FDA goes after sales of e-cigs to minors


Crackdown on Juul Labs

Juul Labs, a San Francisco-based maker of e-cigarettes since 2015, has become a focus of Food and Drug Administration (FDA) enforcement efforts after dozens of undercover illegal sales to supposed minors were made by retailers caught in “compliance checks,” according to Kate Zernike and Sheila Kaplan on the website.

E-cigarettes create a vapor for inhaling out of liquids containing nicotine and flavorings. They have become very popular with teenagers and children both for their tastes and their easy conceal-ability.

Juul has been on a meteoric rise to the top of the U.S. electronic cigarette market with a 40-percent share. Every month, the company manufactures 20 million products, including devices and cartridges, according to company officials. The company entered the mainstream retail marketplace in 2015. The e-cig is sold in the form of a pen or a USB device. Juul’s market-share growth has drawn criticism from anti-tobacco advocates, who say that the discreet shape of the product makes it easy to hide its usage, including by teenagers.

“The FDA has been conducting a large-scale undercover nationwide blitz to crack down on the sale of e-cigarettes, specifically Juul products, to minors at both brick-and-mortar and online retailers,” says FDA Commissioner Dr. Scott Gottlieb.

Matthew Meyers, president of the Campaign for Tobacco-Free Kids, wants the government to go further by “taking off the market Juul flavors like mango and cool cucumber that clearly appeal to kids.”

The FDA has issued more than 40 warning letters to retailers, many of them 7-Eleven stores. It has also demanded health and marketing data from Juul Labs.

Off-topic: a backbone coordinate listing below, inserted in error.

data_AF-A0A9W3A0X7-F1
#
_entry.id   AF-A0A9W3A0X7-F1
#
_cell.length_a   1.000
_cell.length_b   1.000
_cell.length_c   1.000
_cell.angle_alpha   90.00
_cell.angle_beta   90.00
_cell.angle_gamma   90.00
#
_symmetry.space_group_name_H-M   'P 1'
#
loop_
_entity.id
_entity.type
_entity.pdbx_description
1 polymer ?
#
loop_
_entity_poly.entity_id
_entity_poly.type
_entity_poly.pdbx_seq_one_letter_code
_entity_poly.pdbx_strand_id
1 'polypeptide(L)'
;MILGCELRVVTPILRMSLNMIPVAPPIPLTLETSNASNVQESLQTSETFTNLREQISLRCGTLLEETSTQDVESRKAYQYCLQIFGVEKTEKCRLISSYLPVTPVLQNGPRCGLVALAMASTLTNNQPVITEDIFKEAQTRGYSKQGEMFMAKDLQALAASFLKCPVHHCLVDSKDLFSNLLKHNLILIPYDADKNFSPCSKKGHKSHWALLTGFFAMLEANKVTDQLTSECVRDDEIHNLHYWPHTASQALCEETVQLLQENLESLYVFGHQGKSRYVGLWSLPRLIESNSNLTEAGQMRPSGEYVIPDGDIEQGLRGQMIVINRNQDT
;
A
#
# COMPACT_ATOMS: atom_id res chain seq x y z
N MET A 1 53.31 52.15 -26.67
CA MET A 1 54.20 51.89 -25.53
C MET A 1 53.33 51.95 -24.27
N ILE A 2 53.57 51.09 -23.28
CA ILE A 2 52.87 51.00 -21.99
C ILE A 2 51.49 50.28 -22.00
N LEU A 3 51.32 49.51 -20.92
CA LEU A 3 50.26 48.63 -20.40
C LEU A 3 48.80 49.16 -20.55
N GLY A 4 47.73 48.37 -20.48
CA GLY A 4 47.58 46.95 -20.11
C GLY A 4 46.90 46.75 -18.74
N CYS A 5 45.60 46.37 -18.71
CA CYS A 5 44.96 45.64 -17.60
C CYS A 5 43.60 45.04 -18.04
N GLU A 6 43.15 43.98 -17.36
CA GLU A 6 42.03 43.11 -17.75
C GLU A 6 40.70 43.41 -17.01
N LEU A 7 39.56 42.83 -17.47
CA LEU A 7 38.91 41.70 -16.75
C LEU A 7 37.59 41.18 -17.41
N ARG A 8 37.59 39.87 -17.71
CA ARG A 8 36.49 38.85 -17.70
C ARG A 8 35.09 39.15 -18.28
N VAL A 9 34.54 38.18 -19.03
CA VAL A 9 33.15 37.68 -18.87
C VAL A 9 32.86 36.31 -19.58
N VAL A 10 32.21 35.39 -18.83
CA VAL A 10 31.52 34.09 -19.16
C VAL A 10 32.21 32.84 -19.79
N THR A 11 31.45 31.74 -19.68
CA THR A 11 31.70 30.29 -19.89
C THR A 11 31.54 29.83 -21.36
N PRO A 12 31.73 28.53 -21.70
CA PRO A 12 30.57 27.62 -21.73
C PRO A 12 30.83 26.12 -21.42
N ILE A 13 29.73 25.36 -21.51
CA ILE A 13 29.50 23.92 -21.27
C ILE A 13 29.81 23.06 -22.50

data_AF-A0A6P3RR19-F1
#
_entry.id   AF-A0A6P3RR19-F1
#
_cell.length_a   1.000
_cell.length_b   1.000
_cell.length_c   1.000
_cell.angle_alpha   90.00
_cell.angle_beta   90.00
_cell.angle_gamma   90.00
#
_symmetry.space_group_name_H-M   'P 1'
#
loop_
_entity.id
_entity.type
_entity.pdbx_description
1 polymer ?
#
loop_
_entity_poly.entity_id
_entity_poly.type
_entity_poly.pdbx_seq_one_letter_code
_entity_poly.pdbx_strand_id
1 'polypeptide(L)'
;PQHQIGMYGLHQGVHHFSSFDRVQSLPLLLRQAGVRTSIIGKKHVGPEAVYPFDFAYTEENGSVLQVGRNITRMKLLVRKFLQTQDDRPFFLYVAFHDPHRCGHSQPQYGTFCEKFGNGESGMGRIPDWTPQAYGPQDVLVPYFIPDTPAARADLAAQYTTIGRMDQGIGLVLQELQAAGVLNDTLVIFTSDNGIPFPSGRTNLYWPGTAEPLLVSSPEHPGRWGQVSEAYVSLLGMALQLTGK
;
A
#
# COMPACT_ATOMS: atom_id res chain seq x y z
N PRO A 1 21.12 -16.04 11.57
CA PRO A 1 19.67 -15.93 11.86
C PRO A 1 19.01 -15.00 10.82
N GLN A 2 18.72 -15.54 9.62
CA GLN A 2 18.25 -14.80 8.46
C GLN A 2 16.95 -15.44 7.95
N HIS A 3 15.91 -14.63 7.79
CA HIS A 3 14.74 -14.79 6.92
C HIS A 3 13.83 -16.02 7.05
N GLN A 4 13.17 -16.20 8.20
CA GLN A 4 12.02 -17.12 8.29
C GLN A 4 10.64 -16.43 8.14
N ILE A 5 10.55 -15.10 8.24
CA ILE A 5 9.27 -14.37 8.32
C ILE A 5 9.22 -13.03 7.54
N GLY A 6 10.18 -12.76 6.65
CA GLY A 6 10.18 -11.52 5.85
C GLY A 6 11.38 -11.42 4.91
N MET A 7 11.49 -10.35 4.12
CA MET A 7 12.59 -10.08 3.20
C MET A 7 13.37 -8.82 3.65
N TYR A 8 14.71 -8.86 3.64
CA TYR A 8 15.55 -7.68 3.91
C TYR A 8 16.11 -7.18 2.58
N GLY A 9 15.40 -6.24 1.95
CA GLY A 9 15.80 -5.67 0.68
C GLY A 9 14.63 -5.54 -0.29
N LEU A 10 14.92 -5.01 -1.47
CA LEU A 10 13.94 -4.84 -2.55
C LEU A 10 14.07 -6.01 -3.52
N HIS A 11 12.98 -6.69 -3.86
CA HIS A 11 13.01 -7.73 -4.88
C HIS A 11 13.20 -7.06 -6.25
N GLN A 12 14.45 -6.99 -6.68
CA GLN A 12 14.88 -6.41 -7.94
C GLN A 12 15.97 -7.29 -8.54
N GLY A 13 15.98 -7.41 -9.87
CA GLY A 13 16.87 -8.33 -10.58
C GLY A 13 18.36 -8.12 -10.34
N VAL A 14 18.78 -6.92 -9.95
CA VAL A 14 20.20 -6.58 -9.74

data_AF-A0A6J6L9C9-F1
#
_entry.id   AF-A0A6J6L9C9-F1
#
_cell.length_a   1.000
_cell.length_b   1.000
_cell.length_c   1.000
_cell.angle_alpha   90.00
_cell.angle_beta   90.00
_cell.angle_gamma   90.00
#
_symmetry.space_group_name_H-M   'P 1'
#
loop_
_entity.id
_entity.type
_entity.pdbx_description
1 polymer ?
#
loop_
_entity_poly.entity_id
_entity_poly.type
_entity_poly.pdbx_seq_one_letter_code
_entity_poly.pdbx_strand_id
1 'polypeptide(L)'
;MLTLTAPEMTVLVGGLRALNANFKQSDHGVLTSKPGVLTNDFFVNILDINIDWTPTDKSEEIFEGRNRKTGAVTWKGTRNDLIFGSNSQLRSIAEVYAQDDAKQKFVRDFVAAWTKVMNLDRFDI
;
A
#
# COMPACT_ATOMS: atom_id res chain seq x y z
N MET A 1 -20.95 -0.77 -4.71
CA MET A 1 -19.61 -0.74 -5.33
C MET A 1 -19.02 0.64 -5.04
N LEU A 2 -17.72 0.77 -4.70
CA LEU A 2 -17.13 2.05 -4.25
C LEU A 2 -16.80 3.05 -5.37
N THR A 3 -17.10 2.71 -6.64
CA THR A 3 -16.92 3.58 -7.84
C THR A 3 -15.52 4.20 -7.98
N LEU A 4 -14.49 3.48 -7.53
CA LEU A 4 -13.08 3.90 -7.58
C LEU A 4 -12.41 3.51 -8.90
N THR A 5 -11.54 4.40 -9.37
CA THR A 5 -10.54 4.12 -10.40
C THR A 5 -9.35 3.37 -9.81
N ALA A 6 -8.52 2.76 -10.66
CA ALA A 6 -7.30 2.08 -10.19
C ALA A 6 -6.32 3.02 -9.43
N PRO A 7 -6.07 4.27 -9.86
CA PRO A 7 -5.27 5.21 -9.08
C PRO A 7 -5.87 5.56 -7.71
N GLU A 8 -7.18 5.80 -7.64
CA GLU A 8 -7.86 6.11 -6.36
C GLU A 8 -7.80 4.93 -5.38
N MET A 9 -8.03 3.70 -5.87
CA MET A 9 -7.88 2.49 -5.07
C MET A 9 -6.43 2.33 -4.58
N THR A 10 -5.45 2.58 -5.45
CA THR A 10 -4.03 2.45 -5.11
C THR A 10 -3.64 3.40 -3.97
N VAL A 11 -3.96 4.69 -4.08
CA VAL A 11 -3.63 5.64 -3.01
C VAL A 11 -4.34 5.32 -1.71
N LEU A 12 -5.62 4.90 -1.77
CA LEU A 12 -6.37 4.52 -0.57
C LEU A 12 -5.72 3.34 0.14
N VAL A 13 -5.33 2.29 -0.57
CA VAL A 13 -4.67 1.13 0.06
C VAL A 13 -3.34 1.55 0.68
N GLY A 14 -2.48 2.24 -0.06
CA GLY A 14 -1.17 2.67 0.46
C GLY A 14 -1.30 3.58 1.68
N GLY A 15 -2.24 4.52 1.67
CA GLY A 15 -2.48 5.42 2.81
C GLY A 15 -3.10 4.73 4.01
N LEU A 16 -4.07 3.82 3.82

”We don’t yet fully understand why these products are so popular among youth. But it’s imperative that we figure it out, and fast. These documents may help us get there,” Gottlieb says.

In response, Juul Labs has said, “Juul Labs agrees with the FDA that illegal sales of our product to minors is unacceptable. We already have in place programs to identify and act upon these violations at retail and online marketplaces, and we will have more aggressive plans to announce in the coming days. We are working with the FDA, lawmakers, parents and community leaders to combat underage use, and we will continue working with all interested parties to keep our product away from youth.”

The FDA is launching a new Youth Tobacco Prevention Plan under which it will make multiple efforts toward e-cigarette makers in hopes of ending marketing to underage customers.  Meanwhile, Juul Labs has announced that it will take additional decisive action by actively supporting state and federal initiatives to raise the minimum age to 21+ to purchase tobacco products as part of an initial investment of $30 million over the next three years, dedicated to independent research, youth and parent education and community engagement efforts. The company says that it is “committed to combatting underage use of its products and is engaging with the FDA, members of Congress, local and state officials and members of the public health community on this important issue.



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